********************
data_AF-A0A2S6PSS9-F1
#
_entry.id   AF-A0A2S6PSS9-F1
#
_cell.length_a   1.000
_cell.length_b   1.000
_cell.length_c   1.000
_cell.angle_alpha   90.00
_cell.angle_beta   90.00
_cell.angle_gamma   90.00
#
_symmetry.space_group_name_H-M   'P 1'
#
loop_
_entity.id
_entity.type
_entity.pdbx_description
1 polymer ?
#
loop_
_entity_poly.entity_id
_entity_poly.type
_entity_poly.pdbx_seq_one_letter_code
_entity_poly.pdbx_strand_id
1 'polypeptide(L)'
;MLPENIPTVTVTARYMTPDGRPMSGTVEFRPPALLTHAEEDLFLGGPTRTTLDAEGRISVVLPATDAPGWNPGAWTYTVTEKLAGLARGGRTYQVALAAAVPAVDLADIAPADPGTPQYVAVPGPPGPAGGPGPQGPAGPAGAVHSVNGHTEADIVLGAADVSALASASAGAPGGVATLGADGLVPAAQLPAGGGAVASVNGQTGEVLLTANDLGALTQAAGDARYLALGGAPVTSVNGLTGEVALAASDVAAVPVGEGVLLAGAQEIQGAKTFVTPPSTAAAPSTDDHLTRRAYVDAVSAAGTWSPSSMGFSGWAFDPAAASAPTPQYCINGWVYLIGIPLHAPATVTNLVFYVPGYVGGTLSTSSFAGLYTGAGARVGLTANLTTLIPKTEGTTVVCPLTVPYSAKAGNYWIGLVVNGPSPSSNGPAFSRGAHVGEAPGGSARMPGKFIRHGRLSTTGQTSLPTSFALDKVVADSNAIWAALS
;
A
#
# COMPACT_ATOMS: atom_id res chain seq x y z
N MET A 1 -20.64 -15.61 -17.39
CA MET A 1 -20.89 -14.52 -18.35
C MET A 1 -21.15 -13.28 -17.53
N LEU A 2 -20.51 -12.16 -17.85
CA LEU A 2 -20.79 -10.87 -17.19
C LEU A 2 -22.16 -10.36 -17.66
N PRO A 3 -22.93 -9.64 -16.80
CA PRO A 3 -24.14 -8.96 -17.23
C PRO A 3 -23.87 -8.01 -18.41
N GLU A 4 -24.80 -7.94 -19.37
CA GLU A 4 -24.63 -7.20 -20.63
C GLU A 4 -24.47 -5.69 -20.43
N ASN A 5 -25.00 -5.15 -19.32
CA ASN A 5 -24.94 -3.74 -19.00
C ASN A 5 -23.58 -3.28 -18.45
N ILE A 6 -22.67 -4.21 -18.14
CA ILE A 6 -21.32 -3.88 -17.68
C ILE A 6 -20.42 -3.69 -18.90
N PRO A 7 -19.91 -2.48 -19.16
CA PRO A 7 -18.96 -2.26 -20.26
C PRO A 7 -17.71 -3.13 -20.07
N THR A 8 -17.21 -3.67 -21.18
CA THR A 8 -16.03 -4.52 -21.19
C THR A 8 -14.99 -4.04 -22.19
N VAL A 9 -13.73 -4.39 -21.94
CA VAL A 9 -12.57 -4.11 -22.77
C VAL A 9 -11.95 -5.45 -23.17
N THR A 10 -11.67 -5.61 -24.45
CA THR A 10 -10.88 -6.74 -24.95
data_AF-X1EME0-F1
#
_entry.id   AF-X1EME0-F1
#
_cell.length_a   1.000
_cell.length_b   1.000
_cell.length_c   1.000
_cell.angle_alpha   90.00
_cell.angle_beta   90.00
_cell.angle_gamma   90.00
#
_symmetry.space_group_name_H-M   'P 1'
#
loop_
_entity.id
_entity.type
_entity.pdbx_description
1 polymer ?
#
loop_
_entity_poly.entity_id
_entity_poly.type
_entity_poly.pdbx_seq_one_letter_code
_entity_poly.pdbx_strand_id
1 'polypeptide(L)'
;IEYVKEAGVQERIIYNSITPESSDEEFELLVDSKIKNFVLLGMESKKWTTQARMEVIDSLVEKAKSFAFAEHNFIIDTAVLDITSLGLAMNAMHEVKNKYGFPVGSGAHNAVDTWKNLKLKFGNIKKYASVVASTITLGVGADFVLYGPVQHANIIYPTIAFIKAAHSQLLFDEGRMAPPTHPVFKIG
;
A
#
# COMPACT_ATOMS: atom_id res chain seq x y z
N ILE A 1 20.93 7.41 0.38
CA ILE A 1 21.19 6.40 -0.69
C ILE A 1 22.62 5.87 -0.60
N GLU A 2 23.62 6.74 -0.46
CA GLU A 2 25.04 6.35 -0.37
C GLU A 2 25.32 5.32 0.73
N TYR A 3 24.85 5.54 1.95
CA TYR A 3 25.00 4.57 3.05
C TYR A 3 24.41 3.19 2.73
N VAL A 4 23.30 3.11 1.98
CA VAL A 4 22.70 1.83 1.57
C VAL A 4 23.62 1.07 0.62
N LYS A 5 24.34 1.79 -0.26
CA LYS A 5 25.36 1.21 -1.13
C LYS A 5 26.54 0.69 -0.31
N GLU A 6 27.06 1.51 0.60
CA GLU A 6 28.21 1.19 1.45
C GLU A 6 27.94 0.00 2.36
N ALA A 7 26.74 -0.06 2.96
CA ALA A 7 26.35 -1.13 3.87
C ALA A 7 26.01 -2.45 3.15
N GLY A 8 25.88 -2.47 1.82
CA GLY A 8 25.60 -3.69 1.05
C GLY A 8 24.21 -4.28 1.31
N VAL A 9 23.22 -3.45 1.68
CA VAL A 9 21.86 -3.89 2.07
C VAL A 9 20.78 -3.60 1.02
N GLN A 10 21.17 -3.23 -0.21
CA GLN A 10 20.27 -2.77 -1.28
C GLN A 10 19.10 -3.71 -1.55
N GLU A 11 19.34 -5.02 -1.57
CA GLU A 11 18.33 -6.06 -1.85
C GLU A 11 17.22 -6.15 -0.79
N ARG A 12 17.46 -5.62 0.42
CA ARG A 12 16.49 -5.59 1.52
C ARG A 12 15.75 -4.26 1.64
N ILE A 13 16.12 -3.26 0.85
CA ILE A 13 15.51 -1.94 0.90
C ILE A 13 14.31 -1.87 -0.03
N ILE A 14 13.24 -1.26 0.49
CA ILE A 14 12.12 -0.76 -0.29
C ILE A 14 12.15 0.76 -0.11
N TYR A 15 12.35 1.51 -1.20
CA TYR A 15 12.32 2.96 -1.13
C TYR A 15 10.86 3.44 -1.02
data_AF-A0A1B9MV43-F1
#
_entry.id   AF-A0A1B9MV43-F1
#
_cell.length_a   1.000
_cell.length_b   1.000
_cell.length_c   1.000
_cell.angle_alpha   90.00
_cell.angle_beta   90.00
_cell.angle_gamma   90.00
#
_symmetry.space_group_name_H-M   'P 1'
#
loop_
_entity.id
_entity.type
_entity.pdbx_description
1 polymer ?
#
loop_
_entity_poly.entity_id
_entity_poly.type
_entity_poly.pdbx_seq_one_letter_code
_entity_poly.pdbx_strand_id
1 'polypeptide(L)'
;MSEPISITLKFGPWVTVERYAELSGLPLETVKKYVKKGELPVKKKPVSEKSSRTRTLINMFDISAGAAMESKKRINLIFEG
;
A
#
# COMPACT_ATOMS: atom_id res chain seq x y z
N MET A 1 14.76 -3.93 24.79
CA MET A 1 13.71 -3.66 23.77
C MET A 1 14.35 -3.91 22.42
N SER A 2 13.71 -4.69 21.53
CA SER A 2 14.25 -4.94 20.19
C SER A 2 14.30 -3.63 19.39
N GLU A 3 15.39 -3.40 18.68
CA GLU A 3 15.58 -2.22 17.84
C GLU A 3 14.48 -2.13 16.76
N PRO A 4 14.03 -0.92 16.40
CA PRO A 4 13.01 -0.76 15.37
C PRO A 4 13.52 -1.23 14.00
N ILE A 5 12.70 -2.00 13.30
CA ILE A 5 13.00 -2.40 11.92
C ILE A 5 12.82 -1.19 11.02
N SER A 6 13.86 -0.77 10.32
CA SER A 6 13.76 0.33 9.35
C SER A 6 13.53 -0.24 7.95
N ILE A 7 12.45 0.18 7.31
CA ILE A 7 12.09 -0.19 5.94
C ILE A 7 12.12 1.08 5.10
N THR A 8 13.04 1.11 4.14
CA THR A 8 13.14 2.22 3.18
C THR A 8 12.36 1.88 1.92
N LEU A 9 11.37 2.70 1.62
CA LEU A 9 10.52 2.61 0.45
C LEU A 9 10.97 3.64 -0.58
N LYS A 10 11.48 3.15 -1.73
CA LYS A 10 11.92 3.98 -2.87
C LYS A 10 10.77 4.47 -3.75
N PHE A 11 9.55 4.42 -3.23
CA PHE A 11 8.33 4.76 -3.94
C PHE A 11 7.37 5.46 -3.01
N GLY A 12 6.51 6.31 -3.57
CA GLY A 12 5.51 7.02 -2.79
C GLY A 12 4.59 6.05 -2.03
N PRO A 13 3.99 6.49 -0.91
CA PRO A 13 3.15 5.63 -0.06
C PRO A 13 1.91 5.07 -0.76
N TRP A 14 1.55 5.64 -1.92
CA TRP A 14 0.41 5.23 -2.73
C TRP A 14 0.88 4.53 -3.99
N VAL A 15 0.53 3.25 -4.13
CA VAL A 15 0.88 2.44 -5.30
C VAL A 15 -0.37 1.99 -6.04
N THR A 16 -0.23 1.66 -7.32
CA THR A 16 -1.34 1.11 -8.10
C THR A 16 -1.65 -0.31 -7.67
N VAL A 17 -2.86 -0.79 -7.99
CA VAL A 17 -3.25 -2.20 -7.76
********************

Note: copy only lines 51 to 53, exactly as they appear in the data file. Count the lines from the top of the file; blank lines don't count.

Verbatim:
C PRO A 7 -17.71 -3.13 -20.07
N THR A 8 -17.21 -3.67 -21.18
CA THR A 8 -16.03 -4.52 -21.19